You'll need to report the name, address, and TIN (can be social security number or the employer identification number) of the care provider on your return, according to the IRS. You can use Form W-10 to request the information you need from your care provider.

Note that the child and dependent care credit form is built into tax software like TurboTax and H&R Block. For example, it may ask if you have a child under age 13 and if you paid for child care during the year.

Now playing: Watch this: Child tax credit: How much are you getting?


How much money can you claim per kid for the child care credits?

For expenses this year, under the American Rescue Plan Act, you can claim up to $8,000 for one child or up to $16,000 for multiple dependents, according to Garrett Watson, senior policy analyst at The Tax Foundation

Normally, parents can only claim up to $3,000 for one kid or up to $6,000 for two or more kids. 

Again, this is different from the 2021 child tax credit -- those payments start this year. You can get between $500 and $3,600 starting in July.

Is there an income limit to be eligible for the credits?

Yes, a household's adjusted gross income needs to be less than $125,000, Watson said. If your income exceeds that amount, your tax credits will phase out at 50%. For example, instead of getting $8,000, you'd now get $4,000. The credit rate phases down again to 20% for those with an AGI of $183,000, and remains 20% until the income reaches above $400,000.

The credit rate eventually completely phases out for those earning $438,000 or more.

With the original child care tax credits, the credit rates would phase down to 35% if the income exceeded $125,000 and 25% if the income exceeded $183,000.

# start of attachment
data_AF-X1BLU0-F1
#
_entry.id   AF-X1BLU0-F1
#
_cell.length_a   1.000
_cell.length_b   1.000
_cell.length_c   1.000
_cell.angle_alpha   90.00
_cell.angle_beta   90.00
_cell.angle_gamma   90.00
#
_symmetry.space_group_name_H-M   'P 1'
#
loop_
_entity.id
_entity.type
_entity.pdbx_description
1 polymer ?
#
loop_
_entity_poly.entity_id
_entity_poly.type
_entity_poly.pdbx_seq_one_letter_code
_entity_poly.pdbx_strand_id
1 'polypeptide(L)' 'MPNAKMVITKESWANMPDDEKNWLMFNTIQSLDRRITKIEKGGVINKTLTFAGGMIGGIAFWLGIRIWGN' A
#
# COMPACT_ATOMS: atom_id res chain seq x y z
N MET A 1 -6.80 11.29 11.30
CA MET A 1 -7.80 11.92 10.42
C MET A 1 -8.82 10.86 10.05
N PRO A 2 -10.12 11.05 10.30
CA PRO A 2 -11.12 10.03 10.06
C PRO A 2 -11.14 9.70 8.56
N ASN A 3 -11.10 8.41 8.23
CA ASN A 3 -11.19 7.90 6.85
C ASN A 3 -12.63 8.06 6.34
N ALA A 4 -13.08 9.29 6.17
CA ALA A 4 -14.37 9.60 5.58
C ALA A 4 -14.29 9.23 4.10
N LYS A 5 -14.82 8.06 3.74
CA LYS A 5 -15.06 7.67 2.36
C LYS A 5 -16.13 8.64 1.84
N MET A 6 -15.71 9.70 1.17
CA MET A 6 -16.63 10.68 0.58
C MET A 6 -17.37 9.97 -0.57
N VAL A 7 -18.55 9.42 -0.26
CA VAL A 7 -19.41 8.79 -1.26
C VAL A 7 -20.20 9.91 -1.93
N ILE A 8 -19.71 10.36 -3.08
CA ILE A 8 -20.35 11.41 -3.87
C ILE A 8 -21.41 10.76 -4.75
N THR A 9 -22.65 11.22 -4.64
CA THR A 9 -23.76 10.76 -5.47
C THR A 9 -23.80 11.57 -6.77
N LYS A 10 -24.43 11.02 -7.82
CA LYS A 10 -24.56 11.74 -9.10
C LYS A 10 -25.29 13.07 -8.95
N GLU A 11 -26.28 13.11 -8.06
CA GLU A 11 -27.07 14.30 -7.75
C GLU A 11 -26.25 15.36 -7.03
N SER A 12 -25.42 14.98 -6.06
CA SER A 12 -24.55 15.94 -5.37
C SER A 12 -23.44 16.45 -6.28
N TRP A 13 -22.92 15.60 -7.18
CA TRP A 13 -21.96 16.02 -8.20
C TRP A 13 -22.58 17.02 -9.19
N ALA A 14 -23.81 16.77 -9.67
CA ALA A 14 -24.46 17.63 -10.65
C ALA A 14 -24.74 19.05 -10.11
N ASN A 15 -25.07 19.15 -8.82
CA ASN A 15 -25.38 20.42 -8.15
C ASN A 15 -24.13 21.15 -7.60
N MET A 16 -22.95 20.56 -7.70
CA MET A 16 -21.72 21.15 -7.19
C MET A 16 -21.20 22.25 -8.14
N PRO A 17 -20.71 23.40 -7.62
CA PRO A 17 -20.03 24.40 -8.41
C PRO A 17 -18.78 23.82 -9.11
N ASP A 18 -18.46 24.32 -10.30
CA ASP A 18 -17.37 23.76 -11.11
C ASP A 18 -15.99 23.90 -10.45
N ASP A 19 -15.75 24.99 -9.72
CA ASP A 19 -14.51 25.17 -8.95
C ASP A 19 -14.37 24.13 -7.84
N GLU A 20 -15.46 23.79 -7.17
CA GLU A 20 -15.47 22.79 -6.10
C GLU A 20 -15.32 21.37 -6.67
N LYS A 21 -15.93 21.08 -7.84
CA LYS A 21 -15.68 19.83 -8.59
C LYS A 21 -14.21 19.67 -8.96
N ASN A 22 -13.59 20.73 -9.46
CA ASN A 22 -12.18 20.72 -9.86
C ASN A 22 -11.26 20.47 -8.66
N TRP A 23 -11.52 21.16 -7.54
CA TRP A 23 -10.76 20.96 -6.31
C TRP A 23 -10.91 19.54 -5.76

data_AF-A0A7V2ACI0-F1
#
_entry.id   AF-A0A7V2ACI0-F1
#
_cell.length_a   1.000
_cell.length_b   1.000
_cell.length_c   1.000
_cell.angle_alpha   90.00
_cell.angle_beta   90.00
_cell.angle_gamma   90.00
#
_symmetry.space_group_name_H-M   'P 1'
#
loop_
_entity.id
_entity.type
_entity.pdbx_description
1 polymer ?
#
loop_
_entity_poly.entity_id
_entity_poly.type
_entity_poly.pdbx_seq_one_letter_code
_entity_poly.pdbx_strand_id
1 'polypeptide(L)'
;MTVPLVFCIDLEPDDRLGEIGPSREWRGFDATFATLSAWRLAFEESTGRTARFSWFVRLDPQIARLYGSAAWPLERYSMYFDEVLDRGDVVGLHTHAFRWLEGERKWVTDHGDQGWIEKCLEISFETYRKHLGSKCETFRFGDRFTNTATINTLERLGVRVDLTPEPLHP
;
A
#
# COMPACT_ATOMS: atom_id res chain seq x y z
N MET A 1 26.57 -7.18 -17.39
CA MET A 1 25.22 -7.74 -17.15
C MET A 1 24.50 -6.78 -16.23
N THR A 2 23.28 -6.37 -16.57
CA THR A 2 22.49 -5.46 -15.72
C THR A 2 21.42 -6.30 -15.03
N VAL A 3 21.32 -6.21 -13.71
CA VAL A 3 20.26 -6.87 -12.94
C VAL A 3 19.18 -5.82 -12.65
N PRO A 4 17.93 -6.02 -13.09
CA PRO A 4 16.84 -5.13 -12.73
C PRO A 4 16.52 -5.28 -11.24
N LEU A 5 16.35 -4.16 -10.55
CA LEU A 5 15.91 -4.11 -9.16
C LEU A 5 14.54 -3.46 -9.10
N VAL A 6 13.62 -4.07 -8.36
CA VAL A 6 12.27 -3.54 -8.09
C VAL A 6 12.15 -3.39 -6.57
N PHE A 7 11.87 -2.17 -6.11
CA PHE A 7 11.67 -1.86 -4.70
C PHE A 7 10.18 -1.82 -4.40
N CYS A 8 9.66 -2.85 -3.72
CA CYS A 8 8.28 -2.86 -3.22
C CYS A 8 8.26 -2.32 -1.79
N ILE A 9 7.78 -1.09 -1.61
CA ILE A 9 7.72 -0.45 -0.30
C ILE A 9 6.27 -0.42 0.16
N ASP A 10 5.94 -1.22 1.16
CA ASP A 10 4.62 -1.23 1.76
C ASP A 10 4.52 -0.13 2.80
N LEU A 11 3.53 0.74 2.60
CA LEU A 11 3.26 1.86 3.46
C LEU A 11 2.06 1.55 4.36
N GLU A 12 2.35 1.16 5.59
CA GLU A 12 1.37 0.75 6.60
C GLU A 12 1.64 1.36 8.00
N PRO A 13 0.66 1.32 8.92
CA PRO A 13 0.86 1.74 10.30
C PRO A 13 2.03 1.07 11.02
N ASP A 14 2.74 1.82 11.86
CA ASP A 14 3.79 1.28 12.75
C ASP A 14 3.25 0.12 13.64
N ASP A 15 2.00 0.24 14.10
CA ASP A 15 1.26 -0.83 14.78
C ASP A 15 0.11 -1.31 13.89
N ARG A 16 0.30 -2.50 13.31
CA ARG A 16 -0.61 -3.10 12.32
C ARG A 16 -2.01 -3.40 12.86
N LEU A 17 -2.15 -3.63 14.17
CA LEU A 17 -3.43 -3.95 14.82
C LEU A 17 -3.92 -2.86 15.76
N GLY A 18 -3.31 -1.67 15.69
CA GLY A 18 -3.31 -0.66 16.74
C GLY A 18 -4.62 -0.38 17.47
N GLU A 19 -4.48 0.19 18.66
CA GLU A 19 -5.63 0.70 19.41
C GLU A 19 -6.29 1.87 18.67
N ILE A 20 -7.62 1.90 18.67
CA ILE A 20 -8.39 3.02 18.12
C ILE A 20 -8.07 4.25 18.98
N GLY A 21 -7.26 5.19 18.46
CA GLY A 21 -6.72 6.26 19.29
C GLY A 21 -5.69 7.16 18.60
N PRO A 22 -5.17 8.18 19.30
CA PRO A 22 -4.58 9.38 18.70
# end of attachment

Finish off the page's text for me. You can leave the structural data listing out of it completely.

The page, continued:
Keep any receipts detailing child care you paid for.

Sarah Tew/CNET

What are the qualifying rules for dependents?

They are fairly broad. In order to qualify, according to the IRS, dependents must:

Be under age of 13, orUnable to care for themselves (if 13 or older). For example, if you have a spouse or older dependent who is impaired and incapable of caring for themselves -- and has lived with you for more than half the year -- you can claim the tax credits for them, orBe physically or mentally incapable of self-care -- even if their income was $4,300 or more -- andHave a tax identification number, such as a Social Security number.

Can more than one parent claim the tax credit? What about kids of divorced or separated parents?

No. The rules are similar to those governing the child tax credit: Only the parent who has primary custody can claim the child care tax credit.

If you're married, both parents need to work -- or be receiving unemployment benefits -- to be eligible for the credit, Maag said. Also, if you're in school, you can still get credit.

For more ways you'll get money this year, here's how you could save up to $50,000 through one-time COVID credits and benefits in 2021. Also, here's how to spend your child tax credit money and how to opt out of the monthly child tax credit payments.

Now playing: Watch this: Stimulus plus-up payments: What you need to know